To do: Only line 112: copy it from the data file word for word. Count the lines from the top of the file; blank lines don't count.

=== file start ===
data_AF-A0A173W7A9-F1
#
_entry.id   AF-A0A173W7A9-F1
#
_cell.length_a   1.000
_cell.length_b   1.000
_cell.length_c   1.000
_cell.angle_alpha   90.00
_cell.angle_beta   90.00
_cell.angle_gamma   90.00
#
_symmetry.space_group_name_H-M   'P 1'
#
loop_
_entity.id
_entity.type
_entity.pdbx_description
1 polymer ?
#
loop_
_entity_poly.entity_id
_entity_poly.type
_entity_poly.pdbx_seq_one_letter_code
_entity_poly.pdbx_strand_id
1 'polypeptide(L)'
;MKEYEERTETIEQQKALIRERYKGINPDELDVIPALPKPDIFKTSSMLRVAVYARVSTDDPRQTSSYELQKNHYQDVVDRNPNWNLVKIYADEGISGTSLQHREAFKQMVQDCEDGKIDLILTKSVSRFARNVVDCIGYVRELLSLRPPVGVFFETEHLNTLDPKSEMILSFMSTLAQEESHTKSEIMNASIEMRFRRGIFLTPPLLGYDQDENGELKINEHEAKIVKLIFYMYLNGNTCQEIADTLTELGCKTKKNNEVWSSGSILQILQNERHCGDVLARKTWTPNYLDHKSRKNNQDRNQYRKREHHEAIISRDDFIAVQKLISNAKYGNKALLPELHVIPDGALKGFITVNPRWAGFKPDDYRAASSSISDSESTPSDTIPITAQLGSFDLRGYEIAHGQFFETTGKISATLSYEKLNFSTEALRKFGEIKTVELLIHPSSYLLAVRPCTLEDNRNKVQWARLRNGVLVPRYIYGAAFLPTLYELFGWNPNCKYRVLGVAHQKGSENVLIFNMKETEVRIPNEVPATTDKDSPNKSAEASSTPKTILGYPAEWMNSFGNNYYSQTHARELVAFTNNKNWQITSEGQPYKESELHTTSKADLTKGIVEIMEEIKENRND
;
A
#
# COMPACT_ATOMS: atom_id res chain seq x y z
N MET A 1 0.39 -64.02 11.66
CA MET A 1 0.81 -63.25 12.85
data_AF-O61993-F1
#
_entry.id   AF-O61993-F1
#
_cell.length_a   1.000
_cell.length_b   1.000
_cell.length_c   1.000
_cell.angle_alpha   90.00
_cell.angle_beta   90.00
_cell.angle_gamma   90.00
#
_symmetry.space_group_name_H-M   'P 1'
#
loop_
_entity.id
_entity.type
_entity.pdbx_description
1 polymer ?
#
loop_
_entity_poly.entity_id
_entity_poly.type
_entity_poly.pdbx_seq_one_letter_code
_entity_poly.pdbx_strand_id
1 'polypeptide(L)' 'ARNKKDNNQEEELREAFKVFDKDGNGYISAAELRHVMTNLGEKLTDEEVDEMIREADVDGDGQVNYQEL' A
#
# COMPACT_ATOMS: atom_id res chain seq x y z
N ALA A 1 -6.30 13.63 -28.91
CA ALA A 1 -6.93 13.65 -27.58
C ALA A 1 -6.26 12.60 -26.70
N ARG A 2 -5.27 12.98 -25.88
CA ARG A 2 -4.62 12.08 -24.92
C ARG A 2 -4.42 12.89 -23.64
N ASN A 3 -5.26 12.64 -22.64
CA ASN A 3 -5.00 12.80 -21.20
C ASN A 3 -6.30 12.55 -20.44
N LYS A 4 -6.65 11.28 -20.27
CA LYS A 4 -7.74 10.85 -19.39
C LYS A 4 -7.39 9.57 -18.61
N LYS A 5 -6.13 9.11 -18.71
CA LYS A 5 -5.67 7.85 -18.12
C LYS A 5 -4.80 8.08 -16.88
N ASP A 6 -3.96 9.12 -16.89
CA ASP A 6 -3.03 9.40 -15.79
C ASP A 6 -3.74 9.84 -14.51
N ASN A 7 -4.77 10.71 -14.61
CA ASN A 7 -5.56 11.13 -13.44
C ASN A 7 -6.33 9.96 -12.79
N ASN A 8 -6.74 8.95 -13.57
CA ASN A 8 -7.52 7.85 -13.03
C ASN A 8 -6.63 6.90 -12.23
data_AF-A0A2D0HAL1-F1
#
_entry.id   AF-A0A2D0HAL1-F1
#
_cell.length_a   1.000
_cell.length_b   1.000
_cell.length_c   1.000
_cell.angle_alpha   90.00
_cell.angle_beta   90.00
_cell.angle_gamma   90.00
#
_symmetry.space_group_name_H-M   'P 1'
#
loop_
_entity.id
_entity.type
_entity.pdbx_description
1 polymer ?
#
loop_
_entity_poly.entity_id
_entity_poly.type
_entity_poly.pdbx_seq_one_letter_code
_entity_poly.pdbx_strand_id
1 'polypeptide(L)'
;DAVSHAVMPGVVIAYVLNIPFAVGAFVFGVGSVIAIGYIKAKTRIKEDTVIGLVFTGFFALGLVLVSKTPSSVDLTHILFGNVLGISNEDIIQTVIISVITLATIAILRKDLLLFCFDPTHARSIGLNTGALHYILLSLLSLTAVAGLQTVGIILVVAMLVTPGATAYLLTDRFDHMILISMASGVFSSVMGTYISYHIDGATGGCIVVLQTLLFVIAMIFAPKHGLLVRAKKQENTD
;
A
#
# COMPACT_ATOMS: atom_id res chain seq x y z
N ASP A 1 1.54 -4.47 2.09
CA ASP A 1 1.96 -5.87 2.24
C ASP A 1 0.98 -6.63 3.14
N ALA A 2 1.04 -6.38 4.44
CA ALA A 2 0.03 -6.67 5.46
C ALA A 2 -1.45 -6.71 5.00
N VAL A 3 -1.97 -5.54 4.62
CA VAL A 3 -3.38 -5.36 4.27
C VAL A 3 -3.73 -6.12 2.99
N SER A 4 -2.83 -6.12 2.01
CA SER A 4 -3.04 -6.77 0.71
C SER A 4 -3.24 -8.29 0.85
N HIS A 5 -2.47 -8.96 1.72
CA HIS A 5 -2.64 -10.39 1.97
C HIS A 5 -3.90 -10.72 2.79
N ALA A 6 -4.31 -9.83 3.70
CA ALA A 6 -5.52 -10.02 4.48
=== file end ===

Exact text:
#